The design of the OECD’s global tax overhaul may overlook the fact that smaller countries may not have the capacity to administer the complex regime, according to Ryan Gurule of the Financial Accountability and Corporate Transparency Coalition.
“Whoever is in power after the election is going to be facing pressure to addressing expiring tax cuts from the Tax Cuts and Jobs Act, protect popular social spending provisions in the tax code and navigate international tax reform efforts that seem to be happening with or without the United states that will impact U.S. multinationals,” Gurule said.
The Sentry’s report points to major ways the international community must act to deny kleptocrats the “brain trust” on which they rely to perpetrate their crimes. It’s up to the U.S. to be a leader, not a laggard, in implementing a robust anti-money laundering regime.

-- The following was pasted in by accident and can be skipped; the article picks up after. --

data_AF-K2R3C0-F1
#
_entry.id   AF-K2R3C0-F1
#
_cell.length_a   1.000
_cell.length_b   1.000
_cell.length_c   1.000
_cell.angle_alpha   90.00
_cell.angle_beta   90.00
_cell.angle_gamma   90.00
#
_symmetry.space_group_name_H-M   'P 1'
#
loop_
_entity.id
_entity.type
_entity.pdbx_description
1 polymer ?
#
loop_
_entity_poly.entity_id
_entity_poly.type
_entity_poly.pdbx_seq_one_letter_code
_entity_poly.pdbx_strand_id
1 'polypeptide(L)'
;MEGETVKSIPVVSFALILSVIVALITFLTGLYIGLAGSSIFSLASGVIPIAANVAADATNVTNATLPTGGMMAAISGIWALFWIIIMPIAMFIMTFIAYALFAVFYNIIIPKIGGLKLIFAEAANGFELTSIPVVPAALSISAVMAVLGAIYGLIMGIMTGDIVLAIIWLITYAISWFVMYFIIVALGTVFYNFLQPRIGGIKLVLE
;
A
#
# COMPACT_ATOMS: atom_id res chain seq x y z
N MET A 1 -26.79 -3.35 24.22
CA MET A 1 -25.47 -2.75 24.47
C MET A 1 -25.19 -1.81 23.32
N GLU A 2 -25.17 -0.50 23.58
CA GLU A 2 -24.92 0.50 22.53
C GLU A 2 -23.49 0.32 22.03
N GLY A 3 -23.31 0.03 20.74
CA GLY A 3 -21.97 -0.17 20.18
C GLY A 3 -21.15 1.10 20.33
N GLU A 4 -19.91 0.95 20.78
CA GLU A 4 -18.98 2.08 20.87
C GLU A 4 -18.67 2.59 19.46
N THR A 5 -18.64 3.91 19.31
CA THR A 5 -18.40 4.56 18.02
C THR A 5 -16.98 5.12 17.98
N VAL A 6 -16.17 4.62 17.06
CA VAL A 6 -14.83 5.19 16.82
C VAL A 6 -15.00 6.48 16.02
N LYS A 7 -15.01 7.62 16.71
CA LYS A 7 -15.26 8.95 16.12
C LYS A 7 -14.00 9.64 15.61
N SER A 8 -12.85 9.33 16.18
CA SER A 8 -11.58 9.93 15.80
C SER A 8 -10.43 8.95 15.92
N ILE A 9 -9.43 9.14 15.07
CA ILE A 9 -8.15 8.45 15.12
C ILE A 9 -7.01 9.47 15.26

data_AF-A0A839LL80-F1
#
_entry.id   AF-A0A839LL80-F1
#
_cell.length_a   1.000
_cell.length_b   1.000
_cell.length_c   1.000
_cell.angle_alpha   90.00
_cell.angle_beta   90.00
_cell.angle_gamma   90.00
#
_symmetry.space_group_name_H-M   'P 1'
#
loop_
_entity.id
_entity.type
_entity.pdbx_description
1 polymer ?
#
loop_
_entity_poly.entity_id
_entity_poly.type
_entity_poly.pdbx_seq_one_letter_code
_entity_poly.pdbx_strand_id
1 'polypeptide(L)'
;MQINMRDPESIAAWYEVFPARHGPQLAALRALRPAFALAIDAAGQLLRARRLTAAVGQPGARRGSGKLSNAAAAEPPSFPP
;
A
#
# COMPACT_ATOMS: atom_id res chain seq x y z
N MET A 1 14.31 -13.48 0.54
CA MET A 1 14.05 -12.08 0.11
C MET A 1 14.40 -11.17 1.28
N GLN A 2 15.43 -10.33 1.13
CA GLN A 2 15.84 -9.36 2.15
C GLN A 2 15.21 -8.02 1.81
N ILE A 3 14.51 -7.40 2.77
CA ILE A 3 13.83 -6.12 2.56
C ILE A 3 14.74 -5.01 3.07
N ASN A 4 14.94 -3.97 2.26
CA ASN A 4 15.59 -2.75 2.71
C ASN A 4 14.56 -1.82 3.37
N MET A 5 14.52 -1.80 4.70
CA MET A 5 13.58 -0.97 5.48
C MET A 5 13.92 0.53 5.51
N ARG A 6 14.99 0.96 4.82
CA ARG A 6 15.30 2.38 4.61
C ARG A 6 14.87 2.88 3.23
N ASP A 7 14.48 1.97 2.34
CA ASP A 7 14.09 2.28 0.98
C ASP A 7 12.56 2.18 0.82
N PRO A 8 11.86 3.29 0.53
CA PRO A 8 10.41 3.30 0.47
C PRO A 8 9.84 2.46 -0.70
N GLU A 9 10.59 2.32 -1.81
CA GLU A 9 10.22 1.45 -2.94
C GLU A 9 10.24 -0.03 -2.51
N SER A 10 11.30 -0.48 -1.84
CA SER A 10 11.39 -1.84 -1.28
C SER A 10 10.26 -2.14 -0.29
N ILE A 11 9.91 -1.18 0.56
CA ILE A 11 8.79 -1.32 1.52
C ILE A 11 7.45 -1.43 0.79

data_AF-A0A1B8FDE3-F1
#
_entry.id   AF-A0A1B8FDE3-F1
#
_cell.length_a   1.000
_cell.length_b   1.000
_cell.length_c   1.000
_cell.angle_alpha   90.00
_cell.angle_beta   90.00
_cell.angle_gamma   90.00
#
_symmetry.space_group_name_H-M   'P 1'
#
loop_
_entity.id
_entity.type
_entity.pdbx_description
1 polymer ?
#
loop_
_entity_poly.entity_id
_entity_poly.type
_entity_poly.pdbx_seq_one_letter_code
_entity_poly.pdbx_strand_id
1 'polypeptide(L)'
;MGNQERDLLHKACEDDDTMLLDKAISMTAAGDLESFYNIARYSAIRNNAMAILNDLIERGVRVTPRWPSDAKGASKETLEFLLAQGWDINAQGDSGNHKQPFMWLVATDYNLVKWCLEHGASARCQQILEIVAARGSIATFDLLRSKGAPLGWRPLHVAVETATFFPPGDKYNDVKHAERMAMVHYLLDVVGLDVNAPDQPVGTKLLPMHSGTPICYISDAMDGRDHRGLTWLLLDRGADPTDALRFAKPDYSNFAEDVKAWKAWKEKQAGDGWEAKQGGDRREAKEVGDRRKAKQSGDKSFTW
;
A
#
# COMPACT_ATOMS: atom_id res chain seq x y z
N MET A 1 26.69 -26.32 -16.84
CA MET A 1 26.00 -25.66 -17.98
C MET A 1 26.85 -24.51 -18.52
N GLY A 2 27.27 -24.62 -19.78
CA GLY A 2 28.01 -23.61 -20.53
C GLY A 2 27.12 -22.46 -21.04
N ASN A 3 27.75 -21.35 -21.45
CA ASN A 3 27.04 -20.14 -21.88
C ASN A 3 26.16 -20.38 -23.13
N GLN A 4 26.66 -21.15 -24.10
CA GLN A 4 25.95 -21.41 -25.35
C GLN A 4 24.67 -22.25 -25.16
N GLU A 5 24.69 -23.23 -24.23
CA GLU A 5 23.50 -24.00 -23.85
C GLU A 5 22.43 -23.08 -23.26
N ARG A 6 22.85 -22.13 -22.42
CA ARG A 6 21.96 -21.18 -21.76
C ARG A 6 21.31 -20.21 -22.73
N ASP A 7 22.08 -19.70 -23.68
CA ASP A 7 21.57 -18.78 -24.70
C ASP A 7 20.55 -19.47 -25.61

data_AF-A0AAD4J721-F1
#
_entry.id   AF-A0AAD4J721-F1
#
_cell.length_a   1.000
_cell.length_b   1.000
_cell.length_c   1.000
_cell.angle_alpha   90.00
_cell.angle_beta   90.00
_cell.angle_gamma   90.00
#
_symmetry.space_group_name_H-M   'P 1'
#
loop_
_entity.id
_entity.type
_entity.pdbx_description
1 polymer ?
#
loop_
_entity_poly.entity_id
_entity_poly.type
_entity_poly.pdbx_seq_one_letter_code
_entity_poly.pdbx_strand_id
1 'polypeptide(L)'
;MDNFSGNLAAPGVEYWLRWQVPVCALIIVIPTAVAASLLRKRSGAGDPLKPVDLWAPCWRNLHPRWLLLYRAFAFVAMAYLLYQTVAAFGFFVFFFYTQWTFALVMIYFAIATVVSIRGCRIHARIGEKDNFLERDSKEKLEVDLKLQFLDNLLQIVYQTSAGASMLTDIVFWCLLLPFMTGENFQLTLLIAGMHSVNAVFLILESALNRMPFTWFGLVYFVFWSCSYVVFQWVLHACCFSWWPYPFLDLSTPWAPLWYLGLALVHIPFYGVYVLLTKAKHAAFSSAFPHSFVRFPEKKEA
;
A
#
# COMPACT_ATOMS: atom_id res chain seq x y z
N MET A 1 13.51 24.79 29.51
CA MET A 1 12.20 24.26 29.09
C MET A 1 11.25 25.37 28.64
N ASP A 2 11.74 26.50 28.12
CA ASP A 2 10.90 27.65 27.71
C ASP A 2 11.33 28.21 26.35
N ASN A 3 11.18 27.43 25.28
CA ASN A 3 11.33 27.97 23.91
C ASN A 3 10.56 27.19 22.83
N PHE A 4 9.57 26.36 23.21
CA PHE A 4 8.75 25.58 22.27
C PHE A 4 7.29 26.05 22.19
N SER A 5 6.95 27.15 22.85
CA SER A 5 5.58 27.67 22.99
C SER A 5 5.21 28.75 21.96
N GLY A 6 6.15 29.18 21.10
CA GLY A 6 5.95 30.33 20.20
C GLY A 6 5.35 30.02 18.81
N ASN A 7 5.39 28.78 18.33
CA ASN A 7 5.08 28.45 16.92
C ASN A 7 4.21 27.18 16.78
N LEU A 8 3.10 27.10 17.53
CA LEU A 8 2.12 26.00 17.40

Germany has expressed its intention to move forward with a crucial piece of the OECD’s global tax agreement, introducing legislation to create a minimum corporate tax with or without the rest of the European Union.
On August 16, President Biden signed the Inflation Reduction Act (IRA) into law. The IRA, among other things, creates a corporate alternative minimum tax (CAMT) that applies a 15 percent minimum tax on the largest corporations worldwide, aggregate “book” income, adjusted for certain identified tax preferences.
On August 8, the FACT Coalition applauded the inclusion of crucial investments in the Internal Revenue Service (IRS), and specific measures to combat tax dodging by multinational corporations in the Inflation Reduction Act of 2022, which the Senate enacted over the weekend.